It’s set in Victorian Liverpool and the three main characters are recently raised from the grave, much to their confusion. It’s a thriller of sorts, although you know ‘whodunit’ from the start, and it’s more about the chase and the foiling of evil plans. There’s a mad shape-shifting butler, a mad Scottish policeman, a clown that’s really, really mad and various other mad characters to some degree or other. Actually, they’re not all mad; I just like using the word. Mad. See?

Anyway, as you can probably tell it’s all very up in the air and very much at the first draft stage. Hopefully I’ll get back to it soon but I suggest no one make a bet on that.

Your novel would be a movie, who would you cast?
You know what, that’s never even crossed my mind to dream about…but seeing as how you’ve asked…

The leads, ‘Jake’ and ‘Angel’, would be unknown actors and have the looks of people in the real world. No good looking model academy kids from the catalogue world, kids that look like we did when we were younger. In fact if they were a bit world weary before their years that would be great; the odd frown line, that kind of thing.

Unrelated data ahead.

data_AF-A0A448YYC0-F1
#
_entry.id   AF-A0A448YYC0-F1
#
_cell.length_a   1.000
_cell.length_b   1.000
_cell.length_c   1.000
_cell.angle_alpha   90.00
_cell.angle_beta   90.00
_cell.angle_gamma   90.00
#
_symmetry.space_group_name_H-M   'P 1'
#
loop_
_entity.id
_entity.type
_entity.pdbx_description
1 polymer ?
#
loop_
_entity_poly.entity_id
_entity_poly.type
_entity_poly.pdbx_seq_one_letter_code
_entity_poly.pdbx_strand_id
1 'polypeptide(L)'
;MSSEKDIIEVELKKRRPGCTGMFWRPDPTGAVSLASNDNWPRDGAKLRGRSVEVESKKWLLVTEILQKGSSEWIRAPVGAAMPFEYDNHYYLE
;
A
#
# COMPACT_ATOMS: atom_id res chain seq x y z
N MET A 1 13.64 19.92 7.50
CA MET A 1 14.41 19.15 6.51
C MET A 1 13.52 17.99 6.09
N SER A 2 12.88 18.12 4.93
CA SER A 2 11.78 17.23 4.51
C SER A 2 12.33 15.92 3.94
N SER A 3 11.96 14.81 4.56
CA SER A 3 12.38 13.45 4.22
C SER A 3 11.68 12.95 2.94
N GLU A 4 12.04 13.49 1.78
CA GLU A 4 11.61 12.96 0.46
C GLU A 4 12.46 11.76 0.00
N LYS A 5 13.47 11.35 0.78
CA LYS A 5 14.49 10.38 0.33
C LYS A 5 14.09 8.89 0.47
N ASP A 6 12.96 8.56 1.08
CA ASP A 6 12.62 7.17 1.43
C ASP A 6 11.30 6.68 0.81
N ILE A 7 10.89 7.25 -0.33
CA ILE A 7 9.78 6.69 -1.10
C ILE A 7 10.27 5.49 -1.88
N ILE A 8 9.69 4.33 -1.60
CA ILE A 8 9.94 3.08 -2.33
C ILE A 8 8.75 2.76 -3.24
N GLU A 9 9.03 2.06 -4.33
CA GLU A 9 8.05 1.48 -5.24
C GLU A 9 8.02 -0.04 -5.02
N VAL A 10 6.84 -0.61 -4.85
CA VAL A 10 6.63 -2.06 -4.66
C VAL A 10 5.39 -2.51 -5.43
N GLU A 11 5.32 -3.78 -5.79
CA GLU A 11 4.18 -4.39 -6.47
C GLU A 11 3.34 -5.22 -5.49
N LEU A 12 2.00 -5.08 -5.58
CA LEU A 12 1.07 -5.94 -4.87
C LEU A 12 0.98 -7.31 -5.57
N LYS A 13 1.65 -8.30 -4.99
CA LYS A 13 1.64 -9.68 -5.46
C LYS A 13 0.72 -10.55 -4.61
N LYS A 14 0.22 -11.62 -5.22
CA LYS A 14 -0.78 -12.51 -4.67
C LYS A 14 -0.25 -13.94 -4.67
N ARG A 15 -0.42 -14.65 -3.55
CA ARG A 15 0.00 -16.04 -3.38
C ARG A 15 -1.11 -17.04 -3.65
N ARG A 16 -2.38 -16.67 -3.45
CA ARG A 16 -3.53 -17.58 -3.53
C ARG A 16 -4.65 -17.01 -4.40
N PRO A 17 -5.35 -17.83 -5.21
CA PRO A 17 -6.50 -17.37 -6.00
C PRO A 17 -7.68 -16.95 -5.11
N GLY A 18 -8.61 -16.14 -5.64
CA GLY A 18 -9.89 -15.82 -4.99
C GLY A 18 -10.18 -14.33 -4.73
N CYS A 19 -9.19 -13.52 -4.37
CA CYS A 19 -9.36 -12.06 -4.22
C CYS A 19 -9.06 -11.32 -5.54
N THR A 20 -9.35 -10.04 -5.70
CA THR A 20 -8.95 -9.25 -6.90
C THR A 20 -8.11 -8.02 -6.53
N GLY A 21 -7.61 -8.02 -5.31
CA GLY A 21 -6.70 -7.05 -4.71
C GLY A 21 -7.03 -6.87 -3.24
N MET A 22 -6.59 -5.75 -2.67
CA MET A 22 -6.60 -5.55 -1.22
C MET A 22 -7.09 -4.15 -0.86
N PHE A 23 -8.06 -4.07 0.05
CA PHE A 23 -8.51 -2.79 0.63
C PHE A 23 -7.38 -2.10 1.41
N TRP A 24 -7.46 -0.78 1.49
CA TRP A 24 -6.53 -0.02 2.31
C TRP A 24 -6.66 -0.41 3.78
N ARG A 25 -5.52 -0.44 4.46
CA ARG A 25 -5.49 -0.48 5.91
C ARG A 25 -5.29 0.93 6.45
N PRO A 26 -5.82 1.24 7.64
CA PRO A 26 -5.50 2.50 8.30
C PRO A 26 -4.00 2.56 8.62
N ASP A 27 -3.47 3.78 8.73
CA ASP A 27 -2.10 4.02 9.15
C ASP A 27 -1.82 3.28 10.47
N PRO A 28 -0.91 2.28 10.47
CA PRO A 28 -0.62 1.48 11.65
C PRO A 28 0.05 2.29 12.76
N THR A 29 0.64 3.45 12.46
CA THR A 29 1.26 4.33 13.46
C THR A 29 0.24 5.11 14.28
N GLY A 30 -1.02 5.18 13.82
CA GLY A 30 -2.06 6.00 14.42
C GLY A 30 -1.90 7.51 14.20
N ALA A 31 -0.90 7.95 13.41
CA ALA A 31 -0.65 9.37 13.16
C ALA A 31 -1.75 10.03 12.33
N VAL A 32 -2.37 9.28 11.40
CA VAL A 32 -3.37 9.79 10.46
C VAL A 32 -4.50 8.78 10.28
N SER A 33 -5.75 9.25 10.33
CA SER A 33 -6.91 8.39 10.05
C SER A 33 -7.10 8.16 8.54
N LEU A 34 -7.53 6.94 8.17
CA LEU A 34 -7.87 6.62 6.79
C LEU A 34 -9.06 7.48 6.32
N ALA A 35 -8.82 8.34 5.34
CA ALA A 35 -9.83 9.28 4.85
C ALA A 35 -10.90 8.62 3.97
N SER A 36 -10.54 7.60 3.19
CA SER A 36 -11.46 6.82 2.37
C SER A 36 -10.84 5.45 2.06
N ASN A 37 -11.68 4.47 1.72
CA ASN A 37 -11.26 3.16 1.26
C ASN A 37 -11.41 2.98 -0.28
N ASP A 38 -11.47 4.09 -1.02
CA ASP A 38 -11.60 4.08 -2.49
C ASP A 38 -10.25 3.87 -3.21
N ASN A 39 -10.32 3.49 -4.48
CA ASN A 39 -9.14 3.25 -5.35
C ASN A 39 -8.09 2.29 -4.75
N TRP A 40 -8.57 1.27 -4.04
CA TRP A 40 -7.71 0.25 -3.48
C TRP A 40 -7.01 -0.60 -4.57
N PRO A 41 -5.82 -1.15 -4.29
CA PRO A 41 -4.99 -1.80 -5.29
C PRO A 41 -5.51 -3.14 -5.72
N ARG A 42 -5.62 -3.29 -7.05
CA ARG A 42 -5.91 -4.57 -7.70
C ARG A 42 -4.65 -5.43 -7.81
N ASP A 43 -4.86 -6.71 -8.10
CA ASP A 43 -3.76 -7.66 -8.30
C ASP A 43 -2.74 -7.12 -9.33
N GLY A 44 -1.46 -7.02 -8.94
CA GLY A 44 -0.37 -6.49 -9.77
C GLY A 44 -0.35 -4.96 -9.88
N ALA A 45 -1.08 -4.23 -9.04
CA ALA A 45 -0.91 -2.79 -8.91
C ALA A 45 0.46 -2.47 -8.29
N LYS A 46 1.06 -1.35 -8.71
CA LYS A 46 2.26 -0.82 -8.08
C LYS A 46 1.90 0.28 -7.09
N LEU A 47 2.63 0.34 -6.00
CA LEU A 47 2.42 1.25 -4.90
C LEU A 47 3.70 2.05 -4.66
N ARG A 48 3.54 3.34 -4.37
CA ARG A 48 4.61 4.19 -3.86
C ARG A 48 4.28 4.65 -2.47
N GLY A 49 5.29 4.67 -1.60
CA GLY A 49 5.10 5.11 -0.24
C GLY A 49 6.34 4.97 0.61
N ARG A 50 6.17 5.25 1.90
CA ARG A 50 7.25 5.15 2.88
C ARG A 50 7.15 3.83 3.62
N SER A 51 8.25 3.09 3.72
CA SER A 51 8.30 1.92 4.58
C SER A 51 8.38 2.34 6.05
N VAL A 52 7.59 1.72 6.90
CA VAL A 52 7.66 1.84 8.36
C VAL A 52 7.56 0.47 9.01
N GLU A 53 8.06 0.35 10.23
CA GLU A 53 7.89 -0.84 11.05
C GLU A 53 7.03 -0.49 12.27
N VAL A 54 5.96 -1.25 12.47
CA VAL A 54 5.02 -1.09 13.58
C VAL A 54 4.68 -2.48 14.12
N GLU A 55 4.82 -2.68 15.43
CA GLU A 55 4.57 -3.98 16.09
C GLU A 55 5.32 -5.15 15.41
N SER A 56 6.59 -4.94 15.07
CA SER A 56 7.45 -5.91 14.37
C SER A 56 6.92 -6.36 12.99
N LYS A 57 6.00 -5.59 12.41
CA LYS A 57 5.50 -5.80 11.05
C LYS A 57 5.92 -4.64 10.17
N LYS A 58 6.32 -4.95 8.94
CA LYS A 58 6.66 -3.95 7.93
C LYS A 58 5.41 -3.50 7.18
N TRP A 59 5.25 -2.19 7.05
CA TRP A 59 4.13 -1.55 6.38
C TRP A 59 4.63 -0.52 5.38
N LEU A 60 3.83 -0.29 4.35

As for ‘Mr Packard’, I’ve got him down. Jason Isaacs, a brilliant actor I once saw in a TV play showing the scariest under played nut job ever. Frightening it was. I loved it.

All other parts would be played by me in heavy make-up.

Manuscript/Notes: hand written or keyboard?
Manuscript always typed, so much easier and my PC spells far better than I do.

Notes are handwritten…badly. I often have no idea what I was making a note of when I come to read them back and I’m sure I’ve lost some good ideas over the years down to my illegible scribble.